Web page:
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Fertility and Female Employment Dynamics in Europe: The Effect of Using Alternative Econometric Modeling Assumptions

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  • Pierre-Carl Michaud

    ()

  • Konstantinos Tatsiramos

Abstract

The authors investigate the direct and long-run effects of fertility on employment in Europe estimating dynamic models of labor supply under different assumptions regarding the exogeneity of fertility and modeling assumptions related to initial conditions, unobserved heterogeneity and serial correlation in the error terms. They find overall large direct and long-run effects of giving birth on employment probabilities, and these effects differ considerably across countries. They find that within countries the results are sensitive to the statistical assumption made on initial conditions, the inclusion of serial correlation and the assumption of strict exogeneity of children. However, the pattern across countries is robust to these assumptions. They show that such patterns are largely consistent with prevailing institutional differences related to the flexibility of the labor markets and family policies.

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Paper provided by RAND Corporation Publications Department in its series Working Papers with number 643.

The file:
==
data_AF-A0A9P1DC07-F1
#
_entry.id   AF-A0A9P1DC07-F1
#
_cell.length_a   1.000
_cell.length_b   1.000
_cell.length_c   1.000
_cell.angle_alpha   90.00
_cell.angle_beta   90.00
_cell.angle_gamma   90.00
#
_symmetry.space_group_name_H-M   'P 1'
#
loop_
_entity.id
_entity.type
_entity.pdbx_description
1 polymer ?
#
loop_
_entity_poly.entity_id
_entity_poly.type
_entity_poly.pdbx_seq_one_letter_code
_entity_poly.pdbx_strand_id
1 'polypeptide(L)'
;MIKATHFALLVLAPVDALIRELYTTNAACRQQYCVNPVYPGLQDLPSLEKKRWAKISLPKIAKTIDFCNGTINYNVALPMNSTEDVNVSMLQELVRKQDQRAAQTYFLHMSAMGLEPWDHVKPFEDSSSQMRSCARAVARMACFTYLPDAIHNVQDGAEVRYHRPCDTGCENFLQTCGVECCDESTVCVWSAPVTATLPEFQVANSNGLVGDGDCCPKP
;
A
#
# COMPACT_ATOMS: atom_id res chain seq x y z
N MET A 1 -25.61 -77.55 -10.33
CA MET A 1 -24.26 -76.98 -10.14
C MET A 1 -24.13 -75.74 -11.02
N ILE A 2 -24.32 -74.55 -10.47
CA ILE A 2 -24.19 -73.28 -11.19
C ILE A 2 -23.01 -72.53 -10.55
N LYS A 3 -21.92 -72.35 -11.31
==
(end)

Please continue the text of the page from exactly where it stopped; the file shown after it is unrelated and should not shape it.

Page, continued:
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Length: 37 pages
Date of creation: Nov 2008
Date of revision:
Handle: RePEc:ran:wpaper:643

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  1. Garibaldi, Pietro & Wasmer, Etienne, 2003. "Raising Female Employment: Reflexions and Policy Tools," IZA Discussion Papers 951, Institute for the Study of Labor (IZA).
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  4. Bratti, Massimiliano & Tatsiramos, Konstantinos, 2008. "Explaining How Delayed Motherhood Affects Fertility Dynamics in Europe," IZA Discussion Papers 3907, Institute for the Study of Labor (IZA).
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  9. Alessie, R.J.M. & Hochgürtel, S. & Soest, A.H.O. van, 2004. "Ownership of stocks and mutual funds: A panel data analysis," Open Access publications from Tilburg University urn:nbn:nl:ui:12-140722, Tilburg University.
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  14. Del Boca, Daniela & Sauer, Robert M., 2009. "Life cycle employment and fertility across institutional environments," European Economic Review, Elsevier, vol. 53(3), pages 274-292, April.
  15. Michael P. Keane & Kenneth I. Wolpin, 2002. "Estimating Welfare Effects Consistent with Forward-Looking Behavior. Part II: Empirical Results," Journal of Human Resources, University of Wisconsin Press, vol. 37(3), pages 600-622.
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